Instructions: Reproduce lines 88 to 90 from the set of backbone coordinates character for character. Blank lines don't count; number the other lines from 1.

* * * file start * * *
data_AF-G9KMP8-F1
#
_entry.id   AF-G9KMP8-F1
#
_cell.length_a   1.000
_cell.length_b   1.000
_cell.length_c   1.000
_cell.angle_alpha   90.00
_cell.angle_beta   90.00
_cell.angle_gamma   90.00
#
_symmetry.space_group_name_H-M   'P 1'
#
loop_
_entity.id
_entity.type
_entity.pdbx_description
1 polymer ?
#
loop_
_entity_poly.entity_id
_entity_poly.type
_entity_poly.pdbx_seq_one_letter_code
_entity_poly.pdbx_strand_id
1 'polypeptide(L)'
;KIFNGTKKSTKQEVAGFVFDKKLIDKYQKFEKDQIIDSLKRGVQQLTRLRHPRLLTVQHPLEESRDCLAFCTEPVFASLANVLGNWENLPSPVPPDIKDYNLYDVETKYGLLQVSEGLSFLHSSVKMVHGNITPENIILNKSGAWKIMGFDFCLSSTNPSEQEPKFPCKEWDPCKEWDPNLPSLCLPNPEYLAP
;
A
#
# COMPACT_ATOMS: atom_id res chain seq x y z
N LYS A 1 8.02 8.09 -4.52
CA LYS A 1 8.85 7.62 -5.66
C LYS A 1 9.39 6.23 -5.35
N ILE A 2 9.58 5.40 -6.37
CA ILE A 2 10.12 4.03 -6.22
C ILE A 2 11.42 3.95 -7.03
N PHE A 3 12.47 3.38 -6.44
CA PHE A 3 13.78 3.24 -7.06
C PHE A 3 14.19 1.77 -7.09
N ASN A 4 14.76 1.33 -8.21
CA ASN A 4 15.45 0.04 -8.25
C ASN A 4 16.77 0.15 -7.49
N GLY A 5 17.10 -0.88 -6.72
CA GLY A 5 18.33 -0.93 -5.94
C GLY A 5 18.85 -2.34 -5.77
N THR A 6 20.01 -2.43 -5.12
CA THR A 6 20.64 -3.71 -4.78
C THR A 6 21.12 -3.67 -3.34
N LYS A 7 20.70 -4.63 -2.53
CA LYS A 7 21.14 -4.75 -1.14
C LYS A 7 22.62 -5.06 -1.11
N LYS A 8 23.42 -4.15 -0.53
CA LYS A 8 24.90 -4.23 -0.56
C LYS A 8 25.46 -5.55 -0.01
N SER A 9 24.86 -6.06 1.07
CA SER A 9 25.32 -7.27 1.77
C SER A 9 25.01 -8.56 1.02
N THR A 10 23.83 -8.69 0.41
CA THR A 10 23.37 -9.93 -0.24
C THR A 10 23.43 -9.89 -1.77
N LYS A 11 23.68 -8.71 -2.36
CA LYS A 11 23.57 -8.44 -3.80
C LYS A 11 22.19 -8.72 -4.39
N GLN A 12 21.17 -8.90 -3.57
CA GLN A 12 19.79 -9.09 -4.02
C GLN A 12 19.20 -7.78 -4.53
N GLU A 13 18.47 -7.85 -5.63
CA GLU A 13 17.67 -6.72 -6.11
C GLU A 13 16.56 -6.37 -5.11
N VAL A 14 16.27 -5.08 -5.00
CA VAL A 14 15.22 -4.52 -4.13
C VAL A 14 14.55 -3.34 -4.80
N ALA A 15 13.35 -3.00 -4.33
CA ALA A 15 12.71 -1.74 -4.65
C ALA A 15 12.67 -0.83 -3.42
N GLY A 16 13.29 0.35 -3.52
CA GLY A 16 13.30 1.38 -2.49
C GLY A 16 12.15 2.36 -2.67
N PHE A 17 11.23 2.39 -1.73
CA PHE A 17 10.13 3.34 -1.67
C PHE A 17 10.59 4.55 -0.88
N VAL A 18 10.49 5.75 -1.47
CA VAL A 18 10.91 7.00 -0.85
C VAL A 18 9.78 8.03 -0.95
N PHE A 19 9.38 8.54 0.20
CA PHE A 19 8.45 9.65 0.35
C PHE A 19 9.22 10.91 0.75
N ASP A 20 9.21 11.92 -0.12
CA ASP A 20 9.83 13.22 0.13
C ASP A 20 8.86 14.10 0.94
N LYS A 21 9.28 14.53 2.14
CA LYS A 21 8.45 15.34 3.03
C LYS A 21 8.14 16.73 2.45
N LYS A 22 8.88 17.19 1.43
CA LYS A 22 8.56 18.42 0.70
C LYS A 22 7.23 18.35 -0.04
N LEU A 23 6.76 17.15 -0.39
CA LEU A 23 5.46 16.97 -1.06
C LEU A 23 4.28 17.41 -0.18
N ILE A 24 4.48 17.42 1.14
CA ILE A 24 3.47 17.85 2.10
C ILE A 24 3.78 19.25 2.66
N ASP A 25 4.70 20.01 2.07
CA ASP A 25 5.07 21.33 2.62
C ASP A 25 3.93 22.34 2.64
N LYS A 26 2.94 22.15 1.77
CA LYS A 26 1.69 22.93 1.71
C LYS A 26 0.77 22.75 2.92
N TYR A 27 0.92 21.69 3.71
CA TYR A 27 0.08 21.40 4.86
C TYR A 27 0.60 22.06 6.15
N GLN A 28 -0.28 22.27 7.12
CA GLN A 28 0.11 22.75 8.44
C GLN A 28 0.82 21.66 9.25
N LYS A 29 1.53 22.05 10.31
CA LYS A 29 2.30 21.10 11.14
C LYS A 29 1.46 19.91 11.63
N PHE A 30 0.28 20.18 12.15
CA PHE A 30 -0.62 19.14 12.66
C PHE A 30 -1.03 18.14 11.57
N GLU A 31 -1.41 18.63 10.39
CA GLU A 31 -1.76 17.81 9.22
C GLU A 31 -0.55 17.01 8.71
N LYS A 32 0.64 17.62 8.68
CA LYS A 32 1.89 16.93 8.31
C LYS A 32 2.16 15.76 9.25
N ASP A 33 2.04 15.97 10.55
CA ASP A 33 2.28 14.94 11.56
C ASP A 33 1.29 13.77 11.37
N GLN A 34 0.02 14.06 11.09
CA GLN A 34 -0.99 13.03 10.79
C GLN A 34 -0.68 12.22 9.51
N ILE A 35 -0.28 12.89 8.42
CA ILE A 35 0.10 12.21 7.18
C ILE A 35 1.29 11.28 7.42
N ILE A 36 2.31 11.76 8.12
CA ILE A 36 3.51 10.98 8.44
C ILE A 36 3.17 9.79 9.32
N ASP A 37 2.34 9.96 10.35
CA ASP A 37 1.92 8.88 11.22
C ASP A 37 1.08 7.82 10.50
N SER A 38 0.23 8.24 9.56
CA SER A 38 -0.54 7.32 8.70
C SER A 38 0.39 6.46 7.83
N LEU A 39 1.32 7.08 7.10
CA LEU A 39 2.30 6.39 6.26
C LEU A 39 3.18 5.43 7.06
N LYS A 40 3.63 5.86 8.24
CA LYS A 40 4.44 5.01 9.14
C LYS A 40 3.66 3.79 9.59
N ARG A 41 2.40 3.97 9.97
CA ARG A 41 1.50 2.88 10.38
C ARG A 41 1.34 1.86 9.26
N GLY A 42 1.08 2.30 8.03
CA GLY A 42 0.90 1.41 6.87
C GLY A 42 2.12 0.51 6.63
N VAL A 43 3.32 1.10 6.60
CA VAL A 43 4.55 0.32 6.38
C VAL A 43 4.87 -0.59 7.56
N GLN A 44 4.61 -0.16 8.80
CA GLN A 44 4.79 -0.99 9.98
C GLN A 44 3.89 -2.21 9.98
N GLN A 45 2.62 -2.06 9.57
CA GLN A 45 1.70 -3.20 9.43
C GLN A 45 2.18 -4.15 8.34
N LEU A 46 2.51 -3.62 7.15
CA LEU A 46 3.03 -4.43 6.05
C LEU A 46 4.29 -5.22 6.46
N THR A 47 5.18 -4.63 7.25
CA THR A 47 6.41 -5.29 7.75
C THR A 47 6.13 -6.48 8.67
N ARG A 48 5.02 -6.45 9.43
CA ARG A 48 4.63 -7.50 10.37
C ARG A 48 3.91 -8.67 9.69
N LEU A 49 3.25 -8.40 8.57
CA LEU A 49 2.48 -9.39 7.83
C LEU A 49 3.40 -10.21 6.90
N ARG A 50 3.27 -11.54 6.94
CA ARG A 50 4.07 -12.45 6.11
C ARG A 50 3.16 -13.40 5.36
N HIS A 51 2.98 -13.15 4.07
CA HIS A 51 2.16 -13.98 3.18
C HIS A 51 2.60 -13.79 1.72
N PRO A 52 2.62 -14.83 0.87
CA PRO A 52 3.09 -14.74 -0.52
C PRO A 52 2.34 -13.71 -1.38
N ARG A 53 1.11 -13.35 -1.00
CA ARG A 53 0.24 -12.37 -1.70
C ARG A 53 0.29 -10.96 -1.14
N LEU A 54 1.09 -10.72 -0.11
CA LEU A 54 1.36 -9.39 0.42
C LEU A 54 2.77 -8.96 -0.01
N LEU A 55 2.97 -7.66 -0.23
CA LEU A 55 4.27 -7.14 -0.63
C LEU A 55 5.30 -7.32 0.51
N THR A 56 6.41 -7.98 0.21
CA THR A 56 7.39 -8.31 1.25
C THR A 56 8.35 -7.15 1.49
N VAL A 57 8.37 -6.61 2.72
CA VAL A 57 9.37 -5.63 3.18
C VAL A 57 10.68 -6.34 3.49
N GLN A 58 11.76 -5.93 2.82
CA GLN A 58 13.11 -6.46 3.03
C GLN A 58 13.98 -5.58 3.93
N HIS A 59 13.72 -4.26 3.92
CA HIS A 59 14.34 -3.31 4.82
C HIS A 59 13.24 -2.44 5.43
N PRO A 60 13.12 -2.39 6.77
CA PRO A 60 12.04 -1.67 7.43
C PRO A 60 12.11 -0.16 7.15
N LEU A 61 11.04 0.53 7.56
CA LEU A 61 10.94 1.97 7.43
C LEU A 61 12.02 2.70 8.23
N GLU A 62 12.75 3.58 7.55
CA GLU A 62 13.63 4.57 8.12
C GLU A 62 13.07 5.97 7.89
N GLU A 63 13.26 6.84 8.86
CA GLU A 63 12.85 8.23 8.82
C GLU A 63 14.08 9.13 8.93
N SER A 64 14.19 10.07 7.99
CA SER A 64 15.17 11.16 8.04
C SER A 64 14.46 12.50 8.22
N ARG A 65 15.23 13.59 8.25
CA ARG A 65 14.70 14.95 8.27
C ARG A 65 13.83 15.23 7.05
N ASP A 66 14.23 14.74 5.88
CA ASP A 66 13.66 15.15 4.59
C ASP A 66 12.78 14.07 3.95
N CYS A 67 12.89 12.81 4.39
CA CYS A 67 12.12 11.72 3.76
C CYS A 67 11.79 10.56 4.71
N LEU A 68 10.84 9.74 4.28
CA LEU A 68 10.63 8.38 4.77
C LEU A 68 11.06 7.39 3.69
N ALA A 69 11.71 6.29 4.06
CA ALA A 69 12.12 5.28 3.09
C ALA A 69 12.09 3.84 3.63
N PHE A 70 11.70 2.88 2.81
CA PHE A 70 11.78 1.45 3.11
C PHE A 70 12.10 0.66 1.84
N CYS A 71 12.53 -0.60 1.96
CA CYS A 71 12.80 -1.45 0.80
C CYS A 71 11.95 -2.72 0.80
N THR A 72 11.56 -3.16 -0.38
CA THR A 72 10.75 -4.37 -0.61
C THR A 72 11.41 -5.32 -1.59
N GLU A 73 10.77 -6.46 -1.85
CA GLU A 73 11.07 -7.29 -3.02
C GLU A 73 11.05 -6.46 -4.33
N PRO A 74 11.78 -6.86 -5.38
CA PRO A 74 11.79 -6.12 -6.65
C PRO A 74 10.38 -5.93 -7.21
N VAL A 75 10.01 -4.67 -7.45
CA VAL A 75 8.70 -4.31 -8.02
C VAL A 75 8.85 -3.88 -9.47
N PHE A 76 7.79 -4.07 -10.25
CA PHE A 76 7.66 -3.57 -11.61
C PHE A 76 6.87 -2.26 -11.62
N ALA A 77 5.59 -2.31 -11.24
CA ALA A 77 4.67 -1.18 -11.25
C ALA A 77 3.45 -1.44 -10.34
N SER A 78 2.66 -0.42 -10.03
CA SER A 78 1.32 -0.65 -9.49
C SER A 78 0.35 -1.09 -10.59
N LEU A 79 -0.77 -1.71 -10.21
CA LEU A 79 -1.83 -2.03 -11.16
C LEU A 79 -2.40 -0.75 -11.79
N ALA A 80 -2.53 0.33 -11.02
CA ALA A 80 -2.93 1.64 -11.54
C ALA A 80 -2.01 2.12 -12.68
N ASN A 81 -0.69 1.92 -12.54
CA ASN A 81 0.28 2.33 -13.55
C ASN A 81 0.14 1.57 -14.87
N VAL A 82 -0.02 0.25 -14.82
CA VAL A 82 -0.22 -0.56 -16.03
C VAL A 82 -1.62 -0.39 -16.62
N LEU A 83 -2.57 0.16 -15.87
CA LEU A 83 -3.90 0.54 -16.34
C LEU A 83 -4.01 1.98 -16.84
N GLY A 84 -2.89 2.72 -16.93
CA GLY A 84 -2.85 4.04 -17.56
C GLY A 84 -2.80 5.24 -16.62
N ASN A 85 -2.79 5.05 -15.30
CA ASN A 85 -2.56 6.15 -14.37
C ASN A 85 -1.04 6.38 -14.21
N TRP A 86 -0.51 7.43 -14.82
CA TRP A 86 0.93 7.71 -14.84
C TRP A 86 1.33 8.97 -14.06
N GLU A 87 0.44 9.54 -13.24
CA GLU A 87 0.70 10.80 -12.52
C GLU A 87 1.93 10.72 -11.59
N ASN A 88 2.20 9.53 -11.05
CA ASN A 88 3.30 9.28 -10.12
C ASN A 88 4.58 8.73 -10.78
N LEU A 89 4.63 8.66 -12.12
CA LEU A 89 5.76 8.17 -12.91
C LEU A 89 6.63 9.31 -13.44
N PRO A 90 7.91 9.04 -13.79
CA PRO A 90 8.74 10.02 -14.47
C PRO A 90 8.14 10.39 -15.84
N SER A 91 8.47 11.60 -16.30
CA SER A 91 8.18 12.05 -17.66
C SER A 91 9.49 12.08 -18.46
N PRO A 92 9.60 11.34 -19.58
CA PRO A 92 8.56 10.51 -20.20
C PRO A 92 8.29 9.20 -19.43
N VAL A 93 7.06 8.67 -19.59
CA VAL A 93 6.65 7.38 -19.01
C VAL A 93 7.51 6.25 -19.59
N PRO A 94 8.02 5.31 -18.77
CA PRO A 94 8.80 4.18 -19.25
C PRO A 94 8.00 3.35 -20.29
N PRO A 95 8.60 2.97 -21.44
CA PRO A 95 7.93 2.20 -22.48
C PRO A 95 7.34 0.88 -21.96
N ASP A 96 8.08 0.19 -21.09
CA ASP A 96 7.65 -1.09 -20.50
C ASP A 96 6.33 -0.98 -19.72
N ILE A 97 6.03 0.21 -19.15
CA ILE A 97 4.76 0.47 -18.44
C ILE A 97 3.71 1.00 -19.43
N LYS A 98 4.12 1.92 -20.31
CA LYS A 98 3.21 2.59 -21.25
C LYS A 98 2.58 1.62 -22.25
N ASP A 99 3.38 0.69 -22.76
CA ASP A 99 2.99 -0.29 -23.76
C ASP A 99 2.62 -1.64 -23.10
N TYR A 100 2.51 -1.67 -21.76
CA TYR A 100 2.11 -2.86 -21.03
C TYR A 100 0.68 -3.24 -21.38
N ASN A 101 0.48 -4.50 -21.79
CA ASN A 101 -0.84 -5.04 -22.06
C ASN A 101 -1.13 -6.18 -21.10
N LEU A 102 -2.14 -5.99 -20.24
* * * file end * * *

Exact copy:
N ASP A 20 9.21 11.92 -0.12
CA ASP A 20 9.83 13.22 0.13
C ASP A 20 8.86 14.10 0.94